The design, build and layout of the Ricoh GXR are only too familiar—this is a GR Digital camera through and through. There's no point repeating ourselves too much in this part of the review, but basically, it's well designed, handling is honest and straight-forward, and the control layout should be held up as an exemplary model of man-and-machine interaction. The GXR camera back (the body) is well-made, well-assembled and has plenty of customisable controls. With a quick visit to the customisation menu, you can modify the function of the Fn buttons, the clickable Adj thumb wheel (for access to four settings), the +/- buttons and the zoom control.
However, the GXR is a plain, rather austere-looking camera that's quite technical. It's clearly not aimed at beginners—it's a camera for photography buffs who know what they're doing.
The GRX has a nice screen, with good viewing angles and a decent definition (VGA). Onscreen image quality is also accurate, with gamma at a stable 2.2, a slightly warm but very even colour temperature (5800 K), and good colour fidelity (average Delta E = 3).
So far, so good. But while the camera back is pretty much irreproachable (apart from its rather dreary design), the A12 module has a few issues, resulting directly from the fact that it uses a lens mount designed for rangefinder cameras, used in particular by Leica and Minolta. The main problem is that since M-mount lenses are entirely manual, when loaded with this module, the camera no longer takes full advantage of the GXR body's great design and control system. The diaphragm is adjusted via the lens ring, the Auto and P modes work just like the A mode (the thumb-wheels therefore have no use), the S mode effectively becomes an M mode (the front thumb-wheel controls speed, the rocker switch does nothing) and the macro button becomes useless.
Even if it means breaking with the standard Ricoh control layout (a thumb-wheel for shutter speed, a rocker switch for aperture), it would have been nice to be able to re-use some of these controls for other thing, like zooming in on an image (rather than having to hold down the Menu button for a second to get a magnification level pre-selected in the menu).
The start-up time of 2.6 seconds is slow, very slow, in fact. Plus, photo-to-photo turnaround is sluggish when saving RAW shots: a two-second wait can sometimes be genuinely penalising. And there's no point turning to the burst mode to save the day, as with RAW shots you only get four frames per second. However, the GXR A12 M Mount is reasonably responsive in Jpeg mode.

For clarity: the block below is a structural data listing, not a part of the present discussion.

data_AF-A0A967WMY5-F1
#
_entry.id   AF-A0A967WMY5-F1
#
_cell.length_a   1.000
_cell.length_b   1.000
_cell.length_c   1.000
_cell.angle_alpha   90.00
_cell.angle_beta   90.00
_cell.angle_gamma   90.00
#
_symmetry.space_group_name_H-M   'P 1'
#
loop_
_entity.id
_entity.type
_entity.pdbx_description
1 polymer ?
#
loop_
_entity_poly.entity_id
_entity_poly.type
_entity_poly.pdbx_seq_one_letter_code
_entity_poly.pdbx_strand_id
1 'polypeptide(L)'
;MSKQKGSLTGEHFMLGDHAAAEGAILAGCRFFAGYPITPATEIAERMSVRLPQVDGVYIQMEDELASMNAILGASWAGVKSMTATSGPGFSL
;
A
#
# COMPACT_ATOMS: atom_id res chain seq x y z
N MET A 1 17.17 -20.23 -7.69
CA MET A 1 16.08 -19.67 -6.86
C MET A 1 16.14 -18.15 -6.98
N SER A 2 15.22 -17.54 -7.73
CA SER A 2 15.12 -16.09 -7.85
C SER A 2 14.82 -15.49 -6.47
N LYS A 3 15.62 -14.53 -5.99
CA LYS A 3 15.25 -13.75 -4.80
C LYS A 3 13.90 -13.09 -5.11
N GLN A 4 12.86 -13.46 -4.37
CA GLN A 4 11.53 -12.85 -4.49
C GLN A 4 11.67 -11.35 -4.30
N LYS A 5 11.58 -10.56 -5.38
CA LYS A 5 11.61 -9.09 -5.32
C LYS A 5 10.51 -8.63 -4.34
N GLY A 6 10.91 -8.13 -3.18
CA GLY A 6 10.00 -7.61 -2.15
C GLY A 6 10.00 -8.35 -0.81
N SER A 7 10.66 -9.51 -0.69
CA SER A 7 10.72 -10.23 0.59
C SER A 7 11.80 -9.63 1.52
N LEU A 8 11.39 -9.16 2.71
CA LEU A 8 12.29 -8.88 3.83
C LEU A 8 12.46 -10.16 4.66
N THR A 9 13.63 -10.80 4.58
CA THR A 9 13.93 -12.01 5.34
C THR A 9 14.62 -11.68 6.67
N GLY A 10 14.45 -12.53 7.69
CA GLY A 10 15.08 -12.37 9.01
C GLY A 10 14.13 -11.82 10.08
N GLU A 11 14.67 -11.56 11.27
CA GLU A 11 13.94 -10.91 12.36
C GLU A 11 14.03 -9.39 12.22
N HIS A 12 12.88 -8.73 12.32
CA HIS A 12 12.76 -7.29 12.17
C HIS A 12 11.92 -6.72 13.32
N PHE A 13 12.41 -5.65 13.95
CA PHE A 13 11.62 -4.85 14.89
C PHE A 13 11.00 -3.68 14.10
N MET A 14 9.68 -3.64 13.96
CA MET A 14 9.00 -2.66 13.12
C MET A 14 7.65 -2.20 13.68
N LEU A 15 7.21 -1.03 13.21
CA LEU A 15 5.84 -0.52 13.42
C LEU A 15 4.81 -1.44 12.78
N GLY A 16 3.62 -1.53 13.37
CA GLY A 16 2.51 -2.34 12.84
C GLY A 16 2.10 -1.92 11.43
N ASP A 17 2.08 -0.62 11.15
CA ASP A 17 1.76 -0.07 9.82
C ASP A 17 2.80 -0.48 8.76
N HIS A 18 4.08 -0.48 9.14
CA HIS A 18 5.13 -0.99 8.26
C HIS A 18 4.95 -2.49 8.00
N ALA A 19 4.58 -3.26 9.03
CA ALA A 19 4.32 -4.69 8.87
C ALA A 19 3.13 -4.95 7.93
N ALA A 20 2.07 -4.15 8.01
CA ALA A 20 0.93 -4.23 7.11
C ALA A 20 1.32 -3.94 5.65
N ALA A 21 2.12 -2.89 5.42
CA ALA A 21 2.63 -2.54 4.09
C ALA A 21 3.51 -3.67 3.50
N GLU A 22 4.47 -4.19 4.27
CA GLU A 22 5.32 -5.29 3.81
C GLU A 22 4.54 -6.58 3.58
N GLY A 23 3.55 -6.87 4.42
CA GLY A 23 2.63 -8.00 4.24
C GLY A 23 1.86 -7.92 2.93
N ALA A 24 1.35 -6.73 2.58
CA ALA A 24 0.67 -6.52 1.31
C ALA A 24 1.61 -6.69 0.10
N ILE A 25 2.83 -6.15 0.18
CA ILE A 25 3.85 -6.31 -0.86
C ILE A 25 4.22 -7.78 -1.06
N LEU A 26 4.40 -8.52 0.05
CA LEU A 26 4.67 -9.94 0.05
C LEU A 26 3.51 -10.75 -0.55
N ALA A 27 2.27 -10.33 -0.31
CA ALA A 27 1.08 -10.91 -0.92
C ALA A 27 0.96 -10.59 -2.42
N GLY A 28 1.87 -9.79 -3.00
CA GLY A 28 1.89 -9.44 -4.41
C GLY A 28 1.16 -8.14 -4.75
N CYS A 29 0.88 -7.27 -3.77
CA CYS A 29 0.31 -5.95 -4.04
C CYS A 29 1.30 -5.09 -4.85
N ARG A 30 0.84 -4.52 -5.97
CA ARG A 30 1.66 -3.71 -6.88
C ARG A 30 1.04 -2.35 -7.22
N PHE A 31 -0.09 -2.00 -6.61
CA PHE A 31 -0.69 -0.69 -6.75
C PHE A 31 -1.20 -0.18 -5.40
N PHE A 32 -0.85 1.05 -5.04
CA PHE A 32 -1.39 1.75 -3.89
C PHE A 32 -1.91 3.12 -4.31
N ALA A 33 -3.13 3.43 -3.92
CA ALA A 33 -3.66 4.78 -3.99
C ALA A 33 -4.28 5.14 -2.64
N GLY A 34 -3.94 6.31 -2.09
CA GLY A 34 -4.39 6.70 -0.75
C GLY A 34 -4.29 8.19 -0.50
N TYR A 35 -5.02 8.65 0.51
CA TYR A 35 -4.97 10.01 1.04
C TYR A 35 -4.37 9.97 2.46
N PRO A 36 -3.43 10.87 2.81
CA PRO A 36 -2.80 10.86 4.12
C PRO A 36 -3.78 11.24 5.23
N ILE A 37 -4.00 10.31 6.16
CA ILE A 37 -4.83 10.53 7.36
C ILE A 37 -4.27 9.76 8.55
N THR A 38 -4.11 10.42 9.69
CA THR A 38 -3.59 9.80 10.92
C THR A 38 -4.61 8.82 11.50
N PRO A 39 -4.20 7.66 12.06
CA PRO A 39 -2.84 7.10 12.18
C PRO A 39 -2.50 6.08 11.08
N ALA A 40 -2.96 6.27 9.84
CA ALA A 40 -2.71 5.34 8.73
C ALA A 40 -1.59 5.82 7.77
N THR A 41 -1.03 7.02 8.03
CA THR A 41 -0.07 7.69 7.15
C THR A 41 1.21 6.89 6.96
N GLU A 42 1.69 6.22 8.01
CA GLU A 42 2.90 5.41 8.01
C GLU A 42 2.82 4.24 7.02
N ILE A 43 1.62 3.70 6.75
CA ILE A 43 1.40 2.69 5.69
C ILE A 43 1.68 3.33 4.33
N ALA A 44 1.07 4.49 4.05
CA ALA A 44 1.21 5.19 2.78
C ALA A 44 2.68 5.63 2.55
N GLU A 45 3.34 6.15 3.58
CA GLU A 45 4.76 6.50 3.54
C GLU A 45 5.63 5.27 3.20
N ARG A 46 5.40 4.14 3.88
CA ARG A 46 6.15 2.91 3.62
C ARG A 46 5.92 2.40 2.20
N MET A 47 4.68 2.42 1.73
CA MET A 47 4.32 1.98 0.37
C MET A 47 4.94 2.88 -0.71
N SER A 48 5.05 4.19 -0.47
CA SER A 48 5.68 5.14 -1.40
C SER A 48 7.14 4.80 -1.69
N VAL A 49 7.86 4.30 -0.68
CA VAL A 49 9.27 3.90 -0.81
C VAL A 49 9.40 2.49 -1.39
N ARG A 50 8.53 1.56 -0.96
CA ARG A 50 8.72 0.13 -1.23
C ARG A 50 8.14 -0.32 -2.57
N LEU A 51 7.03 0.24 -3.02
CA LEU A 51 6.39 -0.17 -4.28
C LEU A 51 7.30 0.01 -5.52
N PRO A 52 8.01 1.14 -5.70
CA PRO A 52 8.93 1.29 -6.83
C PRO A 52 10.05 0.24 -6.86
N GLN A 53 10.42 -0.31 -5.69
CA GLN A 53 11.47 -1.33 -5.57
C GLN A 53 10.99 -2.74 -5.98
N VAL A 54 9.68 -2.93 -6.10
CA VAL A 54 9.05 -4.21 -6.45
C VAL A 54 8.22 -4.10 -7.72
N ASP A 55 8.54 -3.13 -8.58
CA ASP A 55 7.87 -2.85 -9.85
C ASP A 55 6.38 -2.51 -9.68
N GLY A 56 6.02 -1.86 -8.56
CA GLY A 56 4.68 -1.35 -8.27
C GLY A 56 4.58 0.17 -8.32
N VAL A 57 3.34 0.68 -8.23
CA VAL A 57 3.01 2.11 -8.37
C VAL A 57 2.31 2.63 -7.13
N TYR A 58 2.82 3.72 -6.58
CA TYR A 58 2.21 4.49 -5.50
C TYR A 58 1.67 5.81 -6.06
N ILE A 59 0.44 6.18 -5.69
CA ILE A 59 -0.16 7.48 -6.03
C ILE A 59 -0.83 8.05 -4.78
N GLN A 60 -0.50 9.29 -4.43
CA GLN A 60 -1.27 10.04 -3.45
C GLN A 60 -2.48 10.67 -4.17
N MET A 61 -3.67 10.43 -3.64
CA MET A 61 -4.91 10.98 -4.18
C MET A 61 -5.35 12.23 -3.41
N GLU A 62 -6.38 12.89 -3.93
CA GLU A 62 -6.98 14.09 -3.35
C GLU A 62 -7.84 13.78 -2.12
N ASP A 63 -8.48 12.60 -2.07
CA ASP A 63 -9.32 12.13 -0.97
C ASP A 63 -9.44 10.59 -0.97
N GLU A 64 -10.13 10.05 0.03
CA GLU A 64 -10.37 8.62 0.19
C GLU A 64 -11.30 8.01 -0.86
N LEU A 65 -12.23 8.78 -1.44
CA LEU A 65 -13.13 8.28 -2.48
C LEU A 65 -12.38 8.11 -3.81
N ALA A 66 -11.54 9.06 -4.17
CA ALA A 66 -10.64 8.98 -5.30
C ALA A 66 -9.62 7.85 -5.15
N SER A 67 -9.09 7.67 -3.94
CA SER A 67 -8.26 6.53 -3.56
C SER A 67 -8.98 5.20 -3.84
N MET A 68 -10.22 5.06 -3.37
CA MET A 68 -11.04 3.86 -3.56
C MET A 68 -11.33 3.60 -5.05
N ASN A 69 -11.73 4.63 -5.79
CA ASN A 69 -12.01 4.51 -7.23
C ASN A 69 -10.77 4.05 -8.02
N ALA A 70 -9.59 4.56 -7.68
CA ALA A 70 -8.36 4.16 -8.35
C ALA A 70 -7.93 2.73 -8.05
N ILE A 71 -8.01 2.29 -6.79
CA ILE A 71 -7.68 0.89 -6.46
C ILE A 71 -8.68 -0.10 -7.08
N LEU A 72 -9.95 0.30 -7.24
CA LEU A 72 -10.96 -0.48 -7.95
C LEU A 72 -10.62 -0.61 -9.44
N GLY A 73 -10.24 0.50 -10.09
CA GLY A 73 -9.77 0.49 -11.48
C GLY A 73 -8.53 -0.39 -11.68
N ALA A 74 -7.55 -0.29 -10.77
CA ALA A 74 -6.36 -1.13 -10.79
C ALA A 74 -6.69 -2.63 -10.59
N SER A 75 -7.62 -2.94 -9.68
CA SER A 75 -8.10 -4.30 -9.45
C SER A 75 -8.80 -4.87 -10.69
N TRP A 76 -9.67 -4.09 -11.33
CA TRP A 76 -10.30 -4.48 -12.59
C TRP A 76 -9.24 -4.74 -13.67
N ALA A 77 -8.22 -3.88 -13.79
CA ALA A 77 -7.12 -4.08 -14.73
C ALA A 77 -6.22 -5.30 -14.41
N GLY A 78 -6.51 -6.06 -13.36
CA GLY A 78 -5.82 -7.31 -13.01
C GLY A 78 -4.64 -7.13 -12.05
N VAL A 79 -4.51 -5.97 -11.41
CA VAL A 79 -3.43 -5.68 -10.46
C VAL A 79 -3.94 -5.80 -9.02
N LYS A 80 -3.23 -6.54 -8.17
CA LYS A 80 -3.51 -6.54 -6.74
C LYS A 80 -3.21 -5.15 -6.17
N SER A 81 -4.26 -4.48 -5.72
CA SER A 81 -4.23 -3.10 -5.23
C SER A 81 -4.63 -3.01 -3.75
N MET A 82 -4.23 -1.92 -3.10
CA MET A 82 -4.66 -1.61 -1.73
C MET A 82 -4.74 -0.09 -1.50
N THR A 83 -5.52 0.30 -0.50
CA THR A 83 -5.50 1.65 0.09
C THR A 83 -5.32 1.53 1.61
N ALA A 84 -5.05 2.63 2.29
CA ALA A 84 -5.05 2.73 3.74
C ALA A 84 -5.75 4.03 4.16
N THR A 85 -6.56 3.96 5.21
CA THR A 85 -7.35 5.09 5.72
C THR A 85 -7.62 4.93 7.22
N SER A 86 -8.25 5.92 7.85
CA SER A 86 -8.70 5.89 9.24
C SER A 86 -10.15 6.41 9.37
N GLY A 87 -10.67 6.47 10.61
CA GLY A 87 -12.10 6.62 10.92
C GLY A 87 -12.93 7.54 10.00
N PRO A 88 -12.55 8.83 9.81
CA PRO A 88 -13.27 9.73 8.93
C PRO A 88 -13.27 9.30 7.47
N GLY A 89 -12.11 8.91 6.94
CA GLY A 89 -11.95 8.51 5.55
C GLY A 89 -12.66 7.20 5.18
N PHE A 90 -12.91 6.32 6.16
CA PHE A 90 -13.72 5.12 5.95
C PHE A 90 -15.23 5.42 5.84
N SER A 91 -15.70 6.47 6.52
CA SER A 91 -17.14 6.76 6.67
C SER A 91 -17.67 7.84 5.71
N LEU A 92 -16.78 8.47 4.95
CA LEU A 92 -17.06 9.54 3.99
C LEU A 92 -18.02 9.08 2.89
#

We can't evaluate the autofocus here because there isn't one! Focusing is controlled by the photographer and the photographer only, even if the camera does all it can to help (see sidebar, right).
This sensor is already well-known. It's the "good old" 12-Megapixel APS sensor that's been seen in some form or another in many a Nikon (D5000), Sony (Alpha 700), Pentax (K-r) and even Leica (X1) and Fuji (X100) camera.
Sensitivity is therefore as expected. The GXR A12 M Mount does a very good job up to 1600 ISO, but strong granularity kicks in at 3200 ISO. On the whole, the 16-Megapixel sensor that tends to equip more recent cameras does slightly better than this 12-Megapixel version. But even with this sensor, we've seen other cameras do better. Ultimately, though, the GXR A12 does a perfectly respectable job.
We tested the GXR A12 M Mount with a Voigtländer Ultron 28 mm f/2 lens. At full aperture, the results are quite insipid (even after we double-checked the focus), but once you close to f/4 quality improves over the whole frame. At f/8, sharpness levels are excellent, highlighting a slight flaw in Ricoh's image processing system—the GXR A12 M Mount is quite prone to moiré effects. Check out that red splodge on the black lines in the middle of the picture above.
Note too that Ricoh hasn't equipped this module with a stabilisation system. In fact, none of its APS modules are stabilised. This is a real handicap for Ricoh's cameras compared with Olympus interchangeable lens compacts, which have an adapter for connecting M-mount lenses as well as a mechanical stabilisation system that can be activated by manually entering the focal length of the lens.
Finally, M-mount lenses are usually quite bad in macro mode, as rangefinder cameras weren't designed to focus at less than 70 cm.
The GXR A12 M Mount isn't a camera that's designed for video. While sharpness levels are good when focused properly and exposure is perfectly satisfactory, it's practically impossible to readjust the focus while filming as the focus peaking function disappears as soon as you start recording (see sidebar, right). Video resolution is limited to 720p HD and sound is recorded via a mono mic with quality that's barely passable.
- Original concept, wide range of good-quality lenses available
- Handling and customisable controls
- Noise is controlled very well up to 1600 ISO
- Nicely designed peaking system with or without image preview
- Practicality is debatable: manual focusing with the camera held at arm's length (to see the screen) may not be that easy
- Some controls on the camera back are useless with this module
- Responsiveness could be better, slow in RAW mode, start-up is a bit sluggish
- Dreary design, dense menus
With the GXR A12 M Mount, Ricoh is clearly reaching out to advanced photographers who probably already have a few M-mount lenses and are somewhat nostalgic for the days of film photography. The camera's austere design fits the target audience pretty well and the resulting photos can be excellent. However, manual focusing while holding the camera at almost arm's length (to see the screen) can take some practice.